TeeZee is offline  
post #6 of 14 Old 09-28-2019, 08:03 PM
Join Date: Jan 2014
Location: California
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I used electric shrub shears. I had to cut down 2 bales worth total into shorter stems. They worked pretty well. It did take a long time, but unless you are using specialized machinery the shears are your best bet.
Filou is offline  
post #7 of 14 Old 09-28-2019, 09:25 PM
Green Broke
Join Date: Nov 2012
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I also thought about this, but decided it is easier to feed the stems to the other horses. I tried a weed eater but wasn't real impressed with the results. I tried chopping by hand but the scissors made my hands cramp. If you find something that works, let us know.
4horses is offline  
post #8 of 14 Old 09-28-2019, 11:41 PM
Join Date: Jul 2015
Location: London, UK
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Depending on the quantity involved I'd probably just use my electric mitre saw (easy to transfer but set up as stationary for safety and "chill" factor). You can buy a cheap or second hand one to see how you get along with it and have at it with that. I use it when I have to seriously prune my garden. Cram a handful of stalks and go at it. Sweep and voila. I live in the city so have to really cram the refuse sacks efficiently. I did used to use a jigsaw but got lazy.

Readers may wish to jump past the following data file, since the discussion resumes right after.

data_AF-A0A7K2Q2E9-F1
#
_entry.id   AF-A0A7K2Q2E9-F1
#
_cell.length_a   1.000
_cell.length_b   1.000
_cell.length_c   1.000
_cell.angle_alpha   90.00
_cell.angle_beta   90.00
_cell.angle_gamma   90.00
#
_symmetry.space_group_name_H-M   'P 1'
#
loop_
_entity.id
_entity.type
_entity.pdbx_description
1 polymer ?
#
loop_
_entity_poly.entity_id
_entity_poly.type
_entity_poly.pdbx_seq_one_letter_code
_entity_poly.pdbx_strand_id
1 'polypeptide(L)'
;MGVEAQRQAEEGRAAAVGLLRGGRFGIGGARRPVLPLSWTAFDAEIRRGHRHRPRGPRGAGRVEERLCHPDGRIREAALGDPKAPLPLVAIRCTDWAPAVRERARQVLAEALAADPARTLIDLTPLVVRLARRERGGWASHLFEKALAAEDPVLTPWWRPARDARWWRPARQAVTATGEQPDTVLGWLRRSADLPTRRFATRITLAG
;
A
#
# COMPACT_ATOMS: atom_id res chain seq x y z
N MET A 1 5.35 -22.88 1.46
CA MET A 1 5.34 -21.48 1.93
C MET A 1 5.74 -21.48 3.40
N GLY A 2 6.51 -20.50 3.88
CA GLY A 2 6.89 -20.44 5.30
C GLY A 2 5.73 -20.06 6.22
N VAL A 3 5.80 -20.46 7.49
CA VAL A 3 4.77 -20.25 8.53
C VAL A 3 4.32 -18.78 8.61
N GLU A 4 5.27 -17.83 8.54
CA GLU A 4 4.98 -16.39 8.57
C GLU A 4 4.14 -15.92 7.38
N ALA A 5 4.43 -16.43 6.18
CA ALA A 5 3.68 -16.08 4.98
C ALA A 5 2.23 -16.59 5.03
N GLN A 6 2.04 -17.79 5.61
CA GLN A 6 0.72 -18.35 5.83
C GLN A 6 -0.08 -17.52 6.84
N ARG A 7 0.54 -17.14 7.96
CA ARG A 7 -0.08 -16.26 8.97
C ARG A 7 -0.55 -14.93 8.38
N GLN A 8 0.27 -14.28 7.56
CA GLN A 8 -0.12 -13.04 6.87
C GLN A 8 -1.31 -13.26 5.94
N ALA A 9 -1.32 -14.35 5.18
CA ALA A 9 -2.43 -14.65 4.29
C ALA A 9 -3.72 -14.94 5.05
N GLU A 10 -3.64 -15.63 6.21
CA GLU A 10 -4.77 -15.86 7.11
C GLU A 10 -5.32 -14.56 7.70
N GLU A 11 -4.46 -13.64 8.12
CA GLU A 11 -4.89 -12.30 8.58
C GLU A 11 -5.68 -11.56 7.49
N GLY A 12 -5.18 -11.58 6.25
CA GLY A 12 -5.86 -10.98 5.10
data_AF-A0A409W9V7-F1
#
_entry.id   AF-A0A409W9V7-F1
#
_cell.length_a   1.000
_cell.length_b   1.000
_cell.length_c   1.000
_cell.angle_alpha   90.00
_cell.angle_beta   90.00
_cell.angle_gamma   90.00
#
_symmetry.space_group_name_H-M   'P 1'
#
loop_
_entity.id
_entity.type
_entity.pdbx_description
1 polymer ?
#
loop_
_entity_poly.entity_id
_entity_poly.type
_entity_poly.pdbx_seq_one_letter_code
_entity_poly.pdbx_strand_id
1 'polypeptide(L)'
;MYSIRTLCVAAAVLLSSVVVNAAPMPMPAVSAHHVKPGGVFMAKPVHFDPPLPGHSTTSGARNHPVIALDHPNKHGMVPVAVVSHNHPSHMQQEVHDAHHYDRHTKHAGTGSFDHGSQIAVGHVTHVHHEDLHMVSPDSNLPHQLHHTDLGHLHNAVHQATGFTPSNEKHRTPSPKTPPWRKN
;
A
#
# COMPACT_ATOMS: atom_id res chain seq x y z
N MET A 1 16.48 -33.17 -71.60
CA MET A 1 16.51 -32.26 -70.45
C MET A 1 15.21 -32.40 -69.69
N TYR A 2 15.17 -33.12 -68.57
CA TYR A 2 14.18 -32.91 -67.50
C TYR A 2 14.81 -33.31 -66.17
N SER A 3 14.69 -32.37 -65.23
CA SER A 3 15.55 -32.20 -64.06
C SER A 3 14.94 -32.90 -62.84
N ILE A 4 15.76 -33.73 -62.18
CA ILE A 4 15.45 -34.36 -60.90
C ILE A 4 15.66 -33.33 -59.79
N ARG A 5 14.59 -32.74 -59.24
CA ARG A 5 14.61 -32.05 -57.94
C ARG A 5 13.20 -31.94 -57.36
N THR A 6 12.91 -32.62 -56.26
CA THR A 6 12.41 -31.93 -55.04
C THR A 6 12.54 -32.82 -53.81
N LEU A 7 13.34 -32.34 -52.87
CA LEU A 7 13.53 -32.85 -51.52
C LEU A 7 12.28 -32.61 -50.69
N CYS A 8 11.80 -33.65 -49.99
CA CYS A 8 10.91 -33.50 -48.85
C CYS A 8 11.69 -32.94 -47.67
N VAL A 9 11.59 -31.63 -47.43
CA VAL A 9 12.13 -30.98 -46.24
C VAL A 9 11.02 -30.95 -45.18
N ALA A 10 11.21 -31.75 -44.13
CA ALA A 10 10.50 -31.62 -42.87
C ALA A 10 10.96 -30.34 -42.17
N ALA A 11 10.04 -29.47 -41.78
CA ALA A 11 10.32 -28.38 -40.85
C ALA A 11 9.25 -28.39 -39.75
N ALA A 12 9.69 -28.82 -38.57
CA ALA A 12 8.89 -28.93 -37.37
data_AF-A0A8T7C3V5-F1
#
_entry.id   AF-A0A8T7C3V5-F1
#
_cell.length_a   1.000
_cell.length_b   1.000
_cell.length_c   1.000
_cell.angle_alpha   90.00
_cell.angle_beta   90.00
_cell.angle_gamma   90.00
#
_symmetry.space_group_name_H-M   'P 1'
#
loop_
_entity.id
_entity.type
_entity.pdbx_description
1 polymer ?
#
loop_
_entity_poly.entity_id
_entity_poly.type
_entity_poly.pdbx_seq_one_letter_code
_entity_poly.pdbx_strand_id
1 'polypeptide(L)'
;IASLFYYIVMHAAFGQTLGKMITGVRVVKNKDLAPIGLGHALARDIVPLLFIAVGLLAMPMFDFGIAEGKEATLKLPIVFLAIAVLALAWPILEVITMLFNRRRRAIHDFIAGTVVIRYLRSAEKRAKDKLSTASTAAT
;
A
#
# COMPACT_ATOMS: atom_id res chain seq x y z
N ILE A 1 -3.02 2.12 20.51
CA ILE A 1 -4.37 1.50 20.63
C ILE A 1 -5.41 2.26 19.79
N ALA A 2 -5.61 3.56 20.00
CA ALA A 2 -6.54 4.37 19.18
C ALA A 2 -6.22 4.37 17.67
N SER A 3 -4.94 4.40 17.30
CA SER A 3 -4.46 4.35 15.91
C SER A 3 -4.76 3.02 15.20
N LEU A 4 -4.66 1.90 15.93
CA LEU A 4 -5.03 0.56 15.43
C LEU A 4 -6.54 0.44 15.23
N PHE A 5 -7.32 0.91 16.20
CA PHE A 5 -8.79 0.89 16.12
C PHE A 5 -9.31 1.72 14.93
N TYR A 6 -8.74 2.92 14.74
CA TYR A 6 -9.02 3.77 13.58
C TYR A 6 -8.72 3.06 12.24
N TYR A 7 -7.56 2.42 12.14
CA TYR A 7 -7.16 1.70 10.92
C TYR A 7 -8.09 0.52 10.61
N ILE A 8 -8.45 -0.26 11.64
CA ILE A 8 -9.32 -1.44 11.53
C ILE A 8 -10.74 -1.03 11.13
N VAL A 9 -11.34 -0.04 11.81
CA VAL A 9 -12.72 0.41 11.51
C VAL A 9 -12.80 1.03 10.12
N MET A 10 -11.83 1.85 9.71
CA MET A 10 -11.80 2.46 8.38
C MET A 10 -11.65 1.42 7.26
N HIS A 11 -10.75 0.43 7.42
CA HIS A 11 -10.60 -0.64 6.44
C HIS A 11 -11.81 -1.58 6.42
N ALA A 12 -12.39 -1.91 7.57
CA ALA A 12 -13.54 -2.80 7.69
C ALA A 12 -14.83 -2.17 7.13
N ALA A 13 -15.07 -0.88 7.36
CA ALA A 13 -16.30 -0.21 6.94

Someone I asked said to make your own blender with a metal bin and a strimmer, but be sure to have a makeshift lid. Sounds good... in theory. I'd probably actually try it myself but am hesitant to suggest it to others but oh well :P

safety warning: be safe and wear goggles!

edit: if you wanna go mental at a bale I'd probably wedge it between two concrete blocks and have at it with a saw and roleplay "The Bale Killer".
Kalraii is offline  
post #9 of 14 Old 09-29-2019, 04:10 PM
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Manual silage choppers. They aren't easy to find, are antique and you may want to buy two so you have parts if you need them. There are newer on the market you just have to look up silage chopper to find them.
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QtrBel is offline  
post #10 of 14 Old 10-01-2019, 11:42 PM Thread Starter
Join Date: Mar 2014
Location: the West
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Well, I tried:
scissors, a meat grinder, and a food processor.
Meat grinder - no go.
food processor - not really much better than scissors.
I don't have electric shrub shears or a lawn mower; i will keep my eyes out for manual silage choppers.
So before I sit down and cut big buckets of leftover stems with scissors, first I have to make sure he's going to eat them! I tried soaking them a bit (because they still may be too big and sharp at 1-2" for him to chew), and mixing a bit of beet pulp and oats with it... and he mostly just licked up the beet pulp and oats. I wonder what makes the dried cubes that I buy and soak for him taste good.
I will let you know if I find manual silage choppers and if that works and if he will eat the product!
QtrBel likes this.
The Equestrian vagabond is offline  

alfalfa , older horse care